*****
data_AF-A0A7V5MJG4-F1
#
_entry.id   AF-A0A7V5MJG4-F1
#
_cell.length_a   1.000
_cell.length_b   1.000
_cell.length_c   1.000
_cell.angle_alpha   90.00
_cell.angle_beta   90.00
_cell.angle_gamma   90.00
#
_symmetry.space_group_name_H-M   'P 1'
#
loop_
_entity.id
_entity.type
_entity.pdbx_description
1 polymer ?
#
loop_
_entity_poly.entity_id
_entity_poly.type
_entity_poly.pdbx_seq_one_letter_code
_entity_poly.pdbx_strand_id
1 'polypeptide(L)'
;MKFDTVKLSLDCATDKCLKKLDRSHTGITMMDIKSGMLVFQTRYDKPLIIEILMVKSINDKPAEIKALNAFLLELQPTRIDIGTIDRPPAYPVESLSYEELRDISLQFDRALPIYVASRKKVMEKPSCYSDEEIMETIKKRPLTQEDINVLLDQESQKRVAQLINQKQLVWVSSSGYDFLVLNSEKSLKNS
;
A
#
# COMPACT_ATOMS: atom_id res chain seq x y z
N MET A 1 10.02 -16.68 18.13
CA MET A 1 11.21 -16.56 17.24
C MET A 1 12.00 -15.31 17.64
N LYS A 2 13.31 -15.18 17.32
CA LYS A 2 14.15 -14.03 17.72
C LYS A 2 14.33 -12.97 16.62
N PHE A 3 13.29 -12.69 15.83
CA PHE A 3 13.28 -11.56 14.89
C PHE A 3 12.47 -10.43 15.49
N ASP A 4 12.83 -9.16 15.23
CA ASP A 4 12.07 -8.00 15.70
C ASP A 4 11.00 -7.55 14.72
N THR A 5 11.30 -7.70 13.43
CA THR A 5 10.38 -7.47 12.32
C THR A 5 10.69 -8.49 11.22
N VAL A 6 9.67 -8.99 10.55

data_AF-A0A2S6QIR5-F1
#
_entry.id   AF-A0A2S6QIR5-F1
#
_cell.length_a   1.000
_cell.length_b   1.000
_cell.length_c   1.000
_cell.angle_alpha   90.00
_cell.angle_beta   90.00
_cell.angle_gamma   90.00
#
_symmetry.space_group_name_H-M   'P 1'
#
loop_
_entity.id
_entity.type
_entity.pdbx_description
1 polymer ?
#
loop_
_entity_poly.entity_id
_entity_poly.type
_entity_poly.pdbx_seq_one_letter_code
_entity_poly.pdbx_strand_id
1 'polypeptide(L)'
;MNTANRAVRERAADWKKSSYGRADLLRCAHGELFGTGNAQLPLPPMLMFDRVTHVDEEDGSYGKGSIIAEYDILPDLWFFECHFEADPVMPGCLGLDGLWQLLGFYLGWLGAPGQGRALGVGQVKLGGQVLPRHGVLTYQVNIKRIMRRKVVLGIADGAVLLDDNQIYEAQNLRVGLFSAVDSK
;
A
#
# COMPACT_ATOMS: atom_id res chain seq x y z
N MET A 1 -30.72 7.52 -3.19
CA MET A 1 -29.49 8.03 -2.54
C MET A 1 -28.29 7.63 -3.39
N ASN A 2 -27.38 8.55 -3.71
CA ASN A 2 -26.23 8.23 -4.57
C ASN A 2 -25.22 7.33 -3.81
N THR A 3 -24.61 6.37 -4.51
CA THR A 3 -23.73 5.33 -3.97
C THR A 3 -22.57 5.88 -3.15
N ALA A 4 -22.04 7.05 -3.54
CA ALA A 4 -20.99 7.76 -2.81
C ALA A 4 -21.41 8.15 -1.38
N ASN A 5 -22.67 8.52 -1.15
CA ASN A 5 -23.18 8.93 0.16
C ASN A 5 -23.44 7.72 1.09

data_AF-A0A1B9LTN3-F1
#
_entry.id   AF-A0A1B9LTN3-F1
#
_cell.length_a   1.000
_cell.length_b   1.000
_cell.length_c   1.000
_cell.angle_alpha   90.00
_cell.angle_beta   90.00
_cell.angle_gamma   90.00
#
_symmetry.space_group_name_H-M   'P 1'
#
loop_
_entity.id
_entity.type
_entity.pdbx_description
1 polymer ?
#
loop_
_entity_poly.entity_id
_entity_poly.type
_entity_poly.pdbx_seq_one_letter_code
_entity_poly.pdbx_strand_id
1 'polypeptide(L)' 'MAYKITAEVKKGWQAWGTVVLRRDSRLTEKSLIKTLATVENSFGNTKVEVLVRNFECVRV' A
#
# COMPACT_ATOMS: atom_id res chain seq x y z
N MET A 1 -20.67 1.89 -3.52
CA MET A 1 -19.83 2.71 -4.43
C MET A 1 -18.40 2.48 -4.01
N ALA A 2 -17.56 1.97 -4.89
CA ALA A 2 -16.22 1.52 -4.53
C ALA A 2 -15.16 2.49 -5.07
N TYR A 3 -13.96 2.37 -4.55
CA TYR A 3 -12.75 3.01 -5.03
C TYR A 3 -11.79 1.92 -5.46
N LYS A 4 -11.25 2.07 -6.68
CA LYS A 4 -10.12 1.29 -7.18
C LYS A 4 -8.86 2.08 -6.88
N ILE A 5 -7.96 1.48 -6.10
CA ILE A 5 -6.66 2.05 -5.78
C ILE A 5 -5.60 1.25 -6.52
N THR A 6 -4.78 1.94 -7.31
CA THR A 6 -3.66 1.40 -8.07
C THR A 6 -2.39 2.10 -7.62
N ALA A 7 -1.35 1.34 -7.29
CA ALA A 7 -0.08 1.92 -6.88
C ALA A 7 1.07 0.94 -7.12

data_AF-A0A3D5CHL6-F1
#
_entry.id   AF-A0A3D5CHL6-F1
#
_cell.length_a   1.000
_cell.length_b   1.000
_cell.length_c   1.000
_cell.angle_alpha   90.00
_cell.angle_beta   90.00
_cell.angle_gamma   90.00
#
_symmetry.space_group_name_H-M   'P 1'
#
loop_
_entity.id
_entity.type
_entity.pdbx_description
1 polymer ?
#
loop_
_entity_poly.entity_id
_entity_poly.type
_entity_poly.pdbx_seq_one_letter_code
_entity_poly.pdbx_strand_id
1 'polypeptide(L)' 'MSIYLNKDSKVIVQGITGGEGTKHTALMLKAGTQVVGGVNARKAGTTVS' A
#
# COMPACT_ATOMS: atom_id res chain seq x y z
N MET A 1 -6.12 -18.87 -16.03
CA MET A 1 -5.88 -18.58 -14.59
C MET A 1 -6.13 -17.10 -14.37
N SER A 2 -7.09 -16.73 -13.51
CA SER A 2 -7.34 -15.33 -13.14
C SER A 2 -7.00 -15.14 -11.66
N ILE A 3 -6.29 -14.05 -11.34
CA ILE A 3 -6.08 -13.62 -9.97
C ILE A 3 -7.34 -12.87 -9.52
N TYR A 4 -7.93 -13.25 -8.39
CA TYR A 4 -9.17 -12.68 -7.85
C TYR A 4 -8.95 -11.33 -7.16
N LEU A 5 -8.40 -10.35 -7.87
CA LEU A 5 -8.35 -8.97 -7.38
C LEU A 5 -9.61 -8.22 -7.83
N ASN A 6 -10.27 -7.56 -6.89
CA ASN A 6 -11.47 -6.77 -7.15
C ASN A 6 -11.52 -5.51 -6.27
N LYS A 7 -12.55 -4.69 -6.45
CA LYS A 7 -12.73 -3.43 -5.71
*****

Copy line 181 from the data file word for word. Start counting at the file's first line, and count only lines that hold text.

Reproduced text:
C LEU A 5 -9.61 -8.22 -7.83